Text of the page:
David Klaus comments, “How marvelously ignorant of how Stranger in a Strange Land came to be written is The Guardian’s reviewer.” Sam Jordison wrote:
Just two years after producing Starship Troopers, a book beloved of right wing militarists everywhere, Robert Heinlein came up with Stranger in a Strange Land, in which guns are seen as “a great wrongness”, personal and sexual liberation a “goodness”, monotheistic religion no better than a carnival trick and making money an absurd diversion from the real business of life.
Jordison’s choice of the word “producing” does leave the impression he might be unaware Heinlein took 10 years to complete Stranger. Or that Heinlein interrupted work on Stranger to write Starship Troopers.
On the other hand, it might just be a poor word choice. Brian Doherty’s article “Heinlein at 100” for Reason (Aug/Sept 2007) makes essentially the same observation as Jordison, with the vital difference that Doherty states it more carefully:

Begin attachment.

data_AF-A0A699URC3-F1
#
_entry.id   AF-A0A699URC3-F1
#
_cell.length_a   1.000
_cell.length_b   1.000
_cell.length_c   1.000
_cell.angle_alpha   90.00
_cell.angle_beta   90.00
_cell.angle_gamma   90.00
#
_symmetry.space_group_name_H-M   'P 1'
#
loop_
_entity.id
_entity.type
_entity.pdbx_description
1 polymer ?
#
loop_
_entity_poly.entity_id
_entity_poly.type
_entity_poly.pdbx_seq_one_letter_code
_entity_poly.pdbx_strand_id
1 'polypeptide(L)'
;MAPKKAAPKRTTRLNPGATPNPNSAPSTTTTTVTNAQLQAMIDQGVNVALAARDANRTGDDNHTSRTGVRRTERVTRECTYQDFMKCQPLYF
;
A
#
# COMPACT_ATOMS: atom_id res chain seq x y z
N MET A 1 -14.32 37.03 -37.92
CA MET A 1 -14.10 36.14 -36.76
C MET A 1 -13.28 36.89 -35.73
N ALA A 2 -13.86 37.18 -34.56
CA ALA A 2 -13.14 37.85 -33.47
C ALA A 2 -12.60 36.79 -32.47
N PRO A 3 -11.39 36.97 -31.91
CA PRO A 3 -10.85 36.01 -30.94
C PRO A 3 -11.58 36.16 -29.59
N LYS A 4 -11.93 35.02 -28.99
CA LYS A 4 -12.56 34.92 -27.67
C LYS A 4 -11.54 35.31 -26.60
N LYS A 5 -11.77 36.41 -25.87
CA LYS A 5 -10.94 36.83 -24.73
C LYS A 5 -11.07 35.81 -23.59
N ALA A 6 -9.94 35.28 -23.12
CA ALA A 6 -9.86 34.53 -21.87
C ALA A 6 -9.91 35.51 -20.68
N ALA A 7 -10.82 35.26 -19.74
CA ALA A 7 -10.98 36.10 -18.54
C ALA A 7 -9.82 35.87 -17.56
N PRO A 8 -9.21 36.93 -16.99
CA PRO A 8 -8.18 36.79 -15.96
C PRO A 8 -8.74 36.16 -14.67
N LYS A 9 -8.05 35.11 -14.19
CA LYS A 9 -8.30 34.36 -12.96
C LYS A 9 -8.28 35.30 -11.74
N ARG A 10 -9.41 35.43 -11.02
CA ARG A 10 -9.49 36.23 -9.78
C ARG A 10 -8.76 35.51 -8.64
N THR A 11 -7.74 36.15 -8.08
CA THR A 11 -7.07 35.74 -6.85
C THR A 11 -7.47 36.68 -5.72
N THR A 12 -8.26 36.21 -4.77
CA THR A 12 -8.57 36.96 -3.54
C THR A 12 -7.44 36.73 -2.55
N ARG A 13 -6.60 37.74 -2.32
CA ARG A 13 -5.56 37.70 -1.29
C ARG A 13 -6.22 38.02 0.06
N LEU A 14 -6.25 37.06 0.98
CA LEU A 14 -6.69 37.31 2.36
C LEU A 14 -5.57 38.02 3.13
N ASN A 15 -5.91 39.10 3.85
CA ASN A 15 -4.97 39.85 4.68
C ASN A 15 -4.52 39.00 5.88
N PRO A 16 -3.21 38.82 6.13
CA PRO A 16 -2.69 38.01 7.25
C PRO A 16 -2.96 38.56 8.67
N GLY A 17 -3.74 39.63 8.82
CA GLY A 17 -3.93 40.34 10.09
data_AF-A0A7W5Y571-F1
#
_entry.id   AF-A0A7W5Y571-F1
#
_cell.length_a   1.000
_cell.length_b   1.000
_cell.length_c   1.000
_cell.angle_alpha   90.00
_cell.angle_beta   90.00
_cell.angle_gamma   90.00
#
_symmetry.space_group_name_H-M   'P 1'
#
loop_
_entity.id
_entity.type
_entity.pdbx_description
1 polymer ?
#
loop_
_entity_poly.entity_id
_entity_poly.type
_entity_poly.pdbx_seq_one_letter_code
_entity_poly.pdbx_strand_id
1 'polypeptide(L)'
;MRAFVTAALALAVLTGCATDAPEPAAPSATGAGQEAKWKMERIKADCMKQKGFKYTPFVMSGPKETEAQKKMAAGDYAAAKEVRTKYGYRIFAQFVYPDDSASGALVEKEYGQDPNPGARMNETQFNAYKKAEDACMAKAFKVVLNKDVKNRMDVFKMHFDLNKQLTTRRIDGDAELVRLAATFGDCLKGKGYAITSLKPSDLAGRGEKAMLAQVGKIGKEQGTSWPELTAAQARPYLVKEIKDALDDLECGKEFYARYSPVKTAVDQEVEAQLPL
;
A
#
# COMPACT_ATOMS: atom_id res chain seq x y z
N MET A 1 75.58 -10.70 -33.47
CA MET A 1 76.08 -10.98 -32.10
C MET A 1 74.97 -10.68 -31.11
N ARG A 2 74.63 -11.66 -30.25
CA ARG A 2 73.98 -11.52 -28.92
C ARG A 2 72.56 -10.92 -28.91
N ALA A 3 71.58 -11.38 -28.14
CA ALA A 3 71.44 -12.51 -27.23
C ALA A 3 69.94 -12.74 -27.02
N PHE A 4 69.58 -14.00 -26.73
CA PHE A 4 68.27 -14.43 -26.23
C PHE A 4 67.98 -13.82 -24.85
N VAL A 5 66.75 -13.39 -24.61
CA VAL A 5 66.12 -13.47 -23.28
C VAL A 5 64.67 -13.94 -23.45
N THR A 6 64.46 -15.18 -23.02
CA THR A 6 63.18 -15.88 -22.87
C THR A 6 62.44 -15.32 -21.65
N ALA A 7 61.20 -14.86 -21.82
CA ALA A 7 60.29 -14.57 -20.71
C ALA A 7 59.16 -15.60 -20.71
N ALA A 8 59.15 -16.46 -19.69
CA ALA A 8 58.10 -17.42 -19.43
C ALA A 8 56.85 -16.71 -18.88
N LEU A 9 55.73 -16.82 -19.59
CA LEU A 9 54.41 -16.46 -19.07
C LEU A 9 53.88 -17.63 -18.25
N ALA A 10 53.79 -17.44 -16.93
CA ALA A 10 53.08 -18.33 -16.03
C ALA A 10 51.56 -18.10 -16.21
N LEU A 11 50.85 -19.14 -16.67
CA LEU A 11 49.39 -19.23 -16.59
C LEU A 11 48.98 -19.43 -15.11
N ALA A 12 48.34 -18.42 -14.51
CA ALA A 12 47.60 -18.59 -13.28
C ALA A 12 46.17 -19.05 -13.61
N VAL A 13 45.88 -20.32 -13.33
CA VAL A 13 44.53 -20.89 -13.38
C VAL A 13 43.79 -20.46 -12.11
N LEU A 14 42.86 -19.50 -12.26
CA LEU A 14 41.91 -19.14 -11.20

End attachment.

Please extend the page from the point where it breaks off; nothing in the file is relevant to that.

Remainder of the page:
Just two years later, he was publishing the counterculture classic Stranger in a Strange Land …
“Publishing” accurately focuses on when these two books appeared in the marketplace. Of course, both writers are invoking political stereotypes when they imply that readers of Heinlein’s work in Starship Troopers received a startling (perhaps chilling) surprise from the mores exemplified in Stranger. Is this anything more than internet-era smarminess? Science fiction fans at the time awarded both novels the Hugo – they evidently weren’t shocked and offended by Stranger, as Jordinson and Doherty might be suggesting.